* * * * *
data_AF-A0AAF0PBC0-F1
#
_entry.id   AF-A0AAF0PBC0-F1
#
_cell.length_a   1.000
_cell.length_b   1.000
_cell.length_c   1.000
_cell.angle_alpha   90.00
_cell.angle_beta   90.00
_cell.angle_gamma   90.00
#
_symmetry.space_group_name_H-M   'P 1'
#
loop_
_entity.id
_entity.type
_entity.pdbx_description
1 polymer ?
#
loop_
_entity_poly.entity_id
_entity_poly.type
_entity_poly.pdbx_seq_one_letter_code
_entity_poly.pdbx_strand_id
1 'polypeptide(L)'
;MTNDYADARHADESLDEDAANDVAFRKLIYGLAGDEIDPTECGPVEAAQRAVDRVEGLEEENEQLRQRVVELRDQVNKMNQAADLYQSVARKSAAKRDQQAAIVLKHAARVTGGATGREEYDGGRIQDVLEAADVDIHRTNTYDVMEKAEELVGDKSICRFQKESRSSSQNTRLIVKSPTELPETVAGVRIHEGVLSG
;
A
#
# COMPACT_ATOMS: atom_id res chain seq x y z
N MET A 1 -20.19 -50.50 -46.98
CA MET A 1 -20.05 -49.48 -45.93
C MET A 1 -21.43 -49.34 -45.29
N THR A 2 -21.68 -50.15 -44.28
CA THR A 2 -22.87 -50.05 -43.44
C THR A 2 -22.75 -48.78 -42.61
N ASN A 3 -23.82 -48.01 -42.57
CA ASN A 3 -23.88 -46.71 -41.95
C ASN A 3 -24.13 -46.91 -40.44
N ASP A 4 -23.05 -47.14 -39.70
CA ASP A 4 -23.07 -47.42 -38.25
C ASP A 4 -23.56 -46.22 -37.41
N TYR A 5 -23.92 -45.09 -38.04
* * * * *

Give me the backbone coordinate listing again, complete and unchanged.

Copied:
data_AF-A0AAF0PBC0-F1
#
_entry.id   AF-A0AAF0PBC0-F1
#
_cell.length_a   1.000
_cell.length_b   1.000
_cell.length_c   1.000
_cell.angle_alpha   90.00
_cell.angle_beta   90.00
_cell.angle_gamma   90.00
#
_symmetry.space_group_name_H-M   'P 1'
#
loop_
_entity.id
_entity.type
_entity.pdbx_description
1 polymer ?
#
loop_
_entity_poly.entity_id
_entity_poly.type
_entity_poly.pdbx_seq_one_letter_code
_entity_poly.pdbx_strand_id
1 'polypeptide(L)'
;MTNDYADARHADESLDEDAANDVAFRKLIYGLAGDEIDPTECGPVEAAQRAVDRVEGLEEENEQLRQRVVELRDQVNKMNQAADLYQSVARKSAAKRDQQAAIVLKHAARVTGGATGREEYDGGRIQDVLEAADVDIHRTNTYDVMEKAEELVGDKSICRFQKESRSSSQNTRLIVKSPTELPETVAGVRIHEGVLSG
;
A
#
# COMPACT_ATOMS: atom_id res chain seq x y z
N MET A 1 -20.19 -50.50 -46.98
CA MET A 1 -20.05 -49.48 -45.93
C MET A 1 -21.43 -49.34 -45.29
N THR A 2 -21.68 -50.15 -44.28
CA THR A 2 -22.87 -50.05 -43.44
C THR A 2 -22.75 -48.78 -42.61
N ASN A 3 -23.82 -48.01 -42.57
CA ASN A 3 -23.88 -46.71 -41.95
C ASN A 3 -24.13 -46.91 -40.44
N ASP A 4 -23.05 -47.14 -39.70
CA ASP A 4 -23.07 -47.42 -38.25
C ASP A 4 -23.56 -46.22 -37.41
N TYR A 5 -23.92 -45.09 -38.04